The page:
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More and more indoor gardeners are experimenting with growing plants in water, versus in pots of soil. There are some definite pros and cons to growing in water, but the process is really quite simple! And there is no guesswork involved with knowing when you need to water your soil, since there isn’t any! Keep reading to learn all the important steps of how to grow Spider Plant in water.
One of the easiest indoor plants to grow, Chlorophytum comosum, commonly known as spider plant, ribbon plant or airplane plant, can easily be grown in water.
I’m not talking about spider plant propagation in water (which is easy as well). I’m talking about permanently growing the spider plant in water.
There are a few important tips to know to get started so that you can have long-term success with hydroponic growing.
In order to be successful with growing spider plants in water, you’ll have the most success if you can do the following:
- Start off with baby spider plants
- Choose a growing vessel and add a plant
- Place the plant in good light
- Add a nutrient solution
- Change the nutrient solution weekly
Let’s look at each of these in more detail.
HOW TO GROW SPIDER PLANT IN WATER
Spider plant care couldn’t be any easier by growing them permanently in water. Here are the main steps that you can follow.
1. START OFF WITH BABY SPIDER PLANTS
While you can really do this at any time of year, it is best to start the process right as the growing season is getting started or during the growing seasons (spring to summer).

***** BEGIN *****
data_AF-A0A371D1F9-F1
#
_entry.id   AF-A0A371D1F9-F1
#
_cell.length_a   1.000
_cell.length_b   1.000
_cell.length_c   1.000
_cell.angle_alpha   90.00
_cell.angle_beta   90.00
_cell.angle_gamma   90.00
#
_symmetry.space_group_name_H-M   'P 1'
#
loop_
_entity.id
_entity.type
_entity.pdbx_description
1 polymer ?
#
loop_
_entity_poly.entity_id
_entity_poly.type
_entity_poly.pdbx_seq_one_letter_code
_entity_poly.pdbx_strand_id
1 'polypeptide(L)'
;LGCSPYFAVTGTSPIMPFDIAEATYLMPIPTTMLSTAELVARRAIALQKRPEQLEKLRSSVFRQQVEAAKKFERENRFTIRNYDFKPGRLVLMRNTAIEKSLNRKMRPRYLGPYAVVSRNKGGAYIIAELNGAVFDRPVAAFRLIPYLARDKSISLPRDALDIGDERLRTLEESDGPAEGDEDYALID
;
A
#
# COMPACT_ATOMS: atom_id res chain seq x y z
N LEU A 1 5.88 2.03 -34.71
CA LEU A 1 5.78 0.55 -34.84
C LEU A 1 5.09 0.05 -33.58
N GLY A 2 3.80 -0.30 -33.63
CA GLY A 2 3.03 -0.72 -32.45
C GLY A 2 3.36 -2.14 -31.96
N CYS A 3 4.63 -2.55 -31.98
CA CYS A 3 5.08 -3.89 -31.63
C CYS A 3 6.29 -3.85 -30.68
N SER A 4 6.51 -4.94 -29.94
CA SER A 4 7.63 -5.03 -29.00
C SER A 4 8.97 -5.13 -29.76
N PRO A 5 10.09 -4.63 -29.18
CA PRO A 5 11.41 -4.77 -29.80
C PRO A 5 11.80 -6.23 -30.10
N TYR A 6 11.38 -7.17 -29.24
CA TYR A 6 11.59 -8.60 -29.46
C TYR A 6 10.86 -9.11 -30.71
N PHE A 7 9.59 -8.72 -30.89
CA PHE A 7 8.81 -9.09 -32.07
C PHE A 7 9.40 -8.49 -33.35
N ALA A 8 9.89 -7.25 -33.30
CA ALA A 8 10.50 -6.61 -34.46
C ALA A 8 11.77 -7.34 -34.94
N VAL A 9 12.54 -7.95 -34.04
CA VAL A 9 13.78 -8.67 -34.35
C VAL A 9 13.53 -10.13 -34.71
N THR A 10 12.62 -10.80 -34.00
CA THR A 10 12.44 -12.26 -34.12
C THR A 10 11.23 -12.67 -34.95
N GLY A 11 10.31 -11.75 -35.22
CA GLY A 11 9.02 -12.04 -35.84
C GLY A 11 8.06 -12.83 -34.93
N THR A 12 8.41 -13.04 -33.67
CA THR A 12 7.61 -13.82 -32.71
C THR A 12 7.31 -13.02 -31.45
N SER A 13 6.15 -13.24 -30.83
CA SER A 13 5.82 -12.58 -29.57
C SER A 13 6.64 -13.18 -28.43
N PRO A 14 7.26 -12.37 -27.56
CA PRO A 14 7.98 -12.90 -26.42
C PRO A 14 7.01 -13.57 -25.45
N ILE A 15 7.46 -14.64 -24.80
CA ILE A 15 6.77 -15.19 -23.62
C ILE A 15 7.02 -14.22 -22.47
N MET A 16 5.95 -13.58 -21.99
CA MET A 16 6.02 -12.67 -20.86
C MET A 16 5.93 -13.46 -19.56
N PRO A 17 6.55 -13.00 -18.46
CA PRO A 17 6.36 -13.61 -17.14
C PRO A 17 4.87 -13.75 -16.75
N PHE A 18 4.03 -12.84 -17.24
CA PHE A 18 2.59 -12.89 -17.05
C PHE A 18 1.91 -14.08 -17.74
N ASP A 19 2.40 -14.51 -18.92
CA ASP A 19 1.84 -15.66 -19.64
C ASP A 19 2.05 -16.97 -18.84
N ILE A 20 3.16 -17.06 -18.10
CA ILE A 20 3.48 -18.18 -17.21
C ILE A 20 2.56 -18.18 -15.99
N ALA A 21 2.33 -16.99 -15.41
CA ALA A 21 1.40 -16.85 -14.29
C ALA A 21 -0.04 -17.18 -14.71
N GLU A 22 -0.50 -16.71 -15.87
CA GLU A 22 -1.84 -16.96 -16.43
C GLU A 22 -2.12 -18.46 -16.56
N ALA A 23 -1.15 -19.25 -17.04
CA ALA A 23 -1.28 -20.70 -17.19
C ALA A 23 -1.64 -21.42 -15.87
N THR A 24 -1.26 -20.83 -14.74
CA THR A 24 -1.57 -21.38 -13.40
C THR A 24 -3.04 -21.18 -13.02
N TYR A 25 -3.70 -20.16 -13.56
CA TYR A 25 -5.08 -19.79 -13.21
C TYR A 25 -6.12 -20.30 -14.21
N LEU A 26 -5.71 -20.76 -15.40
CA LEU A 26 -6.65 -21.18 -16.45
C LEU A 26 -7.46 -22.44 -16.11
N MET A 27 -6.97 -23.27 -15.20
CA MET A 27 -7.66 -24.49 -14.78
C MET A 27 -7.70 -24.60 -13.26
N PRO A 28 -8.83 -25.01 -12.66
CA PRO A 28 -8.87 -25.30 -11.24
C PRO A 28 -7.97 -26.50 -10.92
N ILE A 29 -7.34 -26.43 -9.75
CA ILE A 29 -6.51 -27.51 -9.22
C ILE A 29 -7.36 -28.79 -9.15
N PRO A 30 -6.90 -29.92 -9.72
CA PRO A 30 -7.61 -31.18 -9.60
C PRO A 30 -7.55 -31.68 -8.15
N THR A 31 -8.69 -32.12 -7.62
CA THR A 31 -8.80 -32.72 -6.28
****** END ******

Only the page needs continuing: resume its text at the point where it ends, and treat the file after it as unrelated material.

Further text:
Instead of starting off with a mature plant, the easiest way to grow a spider plant in water is to start off with baby plants.
You can potentially start off with a potted plant, wash off all the potting mix from the root ball, and place it in water, but this will cause a great deal of stress on the plant. So if you have any mature spider plants growing in soil, leave them growing in its pot of soil.
My best advice is to use a sterilized sharp knife or set of pruners to cut off the spider plant babies from the parent plant and use these to start new plants. That way, the new spider plants will start off getting used to growing in water from the start. It will grow its own roots in no time.
The little babies will start to grow roots and leaves in no time. These are really some of the easiest houseplants that you can grow.
Depending on how big your growing vessel is, you can put one plantlet or more.
Simply cut a small plant off the long stems (called a stolon) coming off of the mother plant, and you’re good to go.
2. CHOOSE A GROWING VESSEL AND ADD A PLANT
You can choose either a clear glass vessel or one that is opaque. Clear glass containers are nice because you can see the plant’s roots. You may get more algae growth with a clear container, but you’ll be changing the water anyway.
You can always start with a glass of water and then as your spider plantlets grow, you can easily lift them out and place them in a larger container.
Place your plantlets in the container and add enough water so that the water level sits at the bottom of the spiderette. Root growth typically occurs pretty quickly. Often times within days.
Monitor the water level carefully so that your plantlet isn’t even left high and dry. Regular tap water will work just fine. Just make sure that you monitor the water level, especially while roots are just starting to grow.